No-code IRL: Creating a mobile app for technicians in the field
One app, full of critical info, has transformed how these employees carry out their work.
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The technicians working for Lone Star Communications have a lot of systems, networks and services to navigate as they travel from hospital to hospital. Building a mobile app full of the knowledge they need while out in the field has transformed how their employees go about their work.
For more than a decade, Cliff Swizter has been working for Lone Star Communications, a provider of medical communication systems headquartered out of Texas: first as technician, then as a salesman, and nowadays as a technical consultant. If you’re based in the US, you might have benefited from the company’s products and services even if you don’t know it, because they’re used by thousands of hospitals across the US.
In modern hospitals, medical teams experience hundreds of alarms, alerts, and notifications each hour. Too much of this causes alarm overload, which impacts the efficiency and safety of operations. What Lone Star does is eliminate unnecessary communications, by enabling the patient to dim the lights, order meals or even alert the medical team that they’re in danger. When the patient does try to reach the medical team, Lone Star’s systems also ensure that the messages reach the right person or caregiver.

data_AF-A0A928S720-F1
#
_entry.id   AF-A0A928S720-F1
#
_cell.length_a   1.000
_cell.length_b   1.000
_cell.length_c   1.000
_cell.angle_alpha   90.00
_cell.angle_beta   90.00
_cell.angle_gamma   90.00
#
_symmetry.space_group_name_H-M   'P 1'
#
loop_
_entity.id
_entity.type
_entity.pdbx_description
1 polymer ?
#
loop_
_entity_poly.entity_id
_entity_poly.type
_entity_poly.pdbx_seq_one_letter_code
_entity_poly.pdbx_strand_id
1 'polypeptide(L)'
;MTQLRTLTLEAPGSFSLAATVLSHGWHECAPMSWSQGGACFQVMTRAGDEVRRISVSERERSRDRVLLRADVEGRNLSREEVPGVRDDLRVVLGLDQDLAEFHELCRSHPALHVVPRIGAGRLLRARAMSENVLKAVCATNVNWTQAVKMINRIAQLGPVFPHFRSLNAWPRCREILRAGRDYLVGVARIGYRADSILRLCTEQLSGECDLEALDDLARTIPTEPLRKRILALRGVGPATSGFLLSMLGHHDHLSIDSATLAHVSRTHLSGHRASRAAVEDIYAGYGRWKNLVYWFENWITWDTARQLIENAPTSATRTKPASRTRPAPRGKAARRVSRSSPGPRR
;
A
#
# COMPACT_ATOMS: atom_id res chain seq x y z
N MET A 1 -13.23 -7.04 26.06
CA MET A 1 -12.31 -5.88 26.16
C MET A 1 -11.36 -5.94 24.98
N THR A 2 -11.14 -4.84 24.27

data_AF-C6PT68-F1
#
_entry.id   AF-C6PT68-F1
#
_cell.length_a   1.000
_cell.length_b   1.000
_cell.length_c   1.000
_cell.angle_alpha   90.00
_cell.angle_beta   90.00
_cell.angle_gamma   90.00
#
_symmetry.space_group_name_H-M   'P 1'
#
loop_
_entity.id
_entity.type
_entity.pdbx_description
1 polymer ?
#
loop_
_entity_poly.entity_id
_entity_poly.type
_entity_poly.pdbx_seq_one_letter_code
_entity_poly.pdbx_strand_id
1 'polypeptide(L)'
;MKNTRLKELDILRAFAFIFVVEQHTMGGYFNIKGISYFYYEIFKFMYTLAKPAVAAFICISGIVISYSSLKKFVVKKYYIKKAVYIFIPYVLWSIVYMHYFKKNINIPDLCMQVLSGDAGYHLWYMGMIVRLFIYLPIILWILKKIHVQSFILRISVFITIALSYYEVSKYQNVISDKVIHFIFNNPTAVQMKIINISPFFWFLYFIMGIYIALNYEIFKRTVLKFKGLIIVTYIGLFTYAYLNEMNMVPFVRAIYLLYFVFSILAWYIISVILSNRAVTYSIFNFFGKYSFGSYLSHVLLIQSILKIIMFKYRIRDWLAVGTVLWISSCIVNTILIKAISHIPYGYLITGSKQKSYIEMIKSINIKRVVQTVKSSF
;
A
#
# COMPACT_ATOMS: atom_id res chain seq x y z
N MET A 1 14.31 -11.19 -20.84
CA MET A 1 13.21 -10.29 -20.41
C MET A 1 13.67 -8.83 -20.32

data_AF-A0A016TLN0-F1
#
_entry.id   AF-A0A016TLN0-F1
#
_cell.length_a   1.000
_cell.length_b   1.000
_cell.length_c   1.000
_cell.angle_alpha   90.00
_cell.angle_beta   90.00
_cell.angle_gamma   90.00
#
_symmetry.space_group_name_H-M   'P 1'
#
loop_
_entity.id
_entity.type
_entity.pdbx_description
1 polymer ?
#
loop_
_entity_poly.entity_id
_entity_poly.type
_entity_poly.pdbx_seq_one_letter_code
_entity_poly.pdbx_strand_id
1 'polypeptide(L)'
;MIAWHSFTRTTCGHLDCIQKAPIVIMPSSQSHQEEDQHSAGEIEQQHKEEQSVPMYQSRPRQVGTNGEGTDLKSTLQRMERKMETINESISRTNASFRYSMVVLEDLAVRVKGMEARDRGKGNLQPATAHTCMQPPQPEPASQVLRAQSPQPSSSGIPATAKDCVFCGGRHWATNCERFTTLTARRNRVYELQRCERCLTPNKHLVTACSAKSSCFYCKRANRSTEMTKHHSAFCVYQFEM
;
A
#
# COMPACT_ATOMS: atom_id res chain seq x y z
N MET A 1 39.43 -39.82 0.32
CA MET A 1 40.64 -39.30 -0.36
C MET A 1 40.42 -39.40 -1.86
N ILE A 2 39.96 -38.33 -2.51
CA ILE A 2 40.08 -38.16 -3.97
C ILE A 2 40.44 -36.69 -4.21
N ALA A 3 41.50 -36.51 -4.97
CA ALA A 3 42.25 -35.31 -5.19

‘We put all the call lights in. We cable it, we wire it, we install it and then we support it for the next 20 years,’ Cliff says.
For their systems to work effectively, Lone Star must integrate its devices, which come from various third-party manufacturers, with various third-party systems in the hospital. Most commonly, this is private telephone networks, real-time locating systems, and wireless systems, but it’s also lighting systems and thermostats. This is much more tricky and cumbersome than you might think. To source the latest manuals and wiring instructions, Lone Star technicians were opening their laptops, logging onto the internet and into various manufacturers' extranets. 'If there were 15 different manufacturers, they'd log in to 15 different extranet sites,’ explains Cliff. ‘That’s not very speedy when you’re on a ladder.' They’d have to remember hundreds of passwords and, worse, if they couldn't log in, they’d have to reschedule. Some kind of digital solution was needed.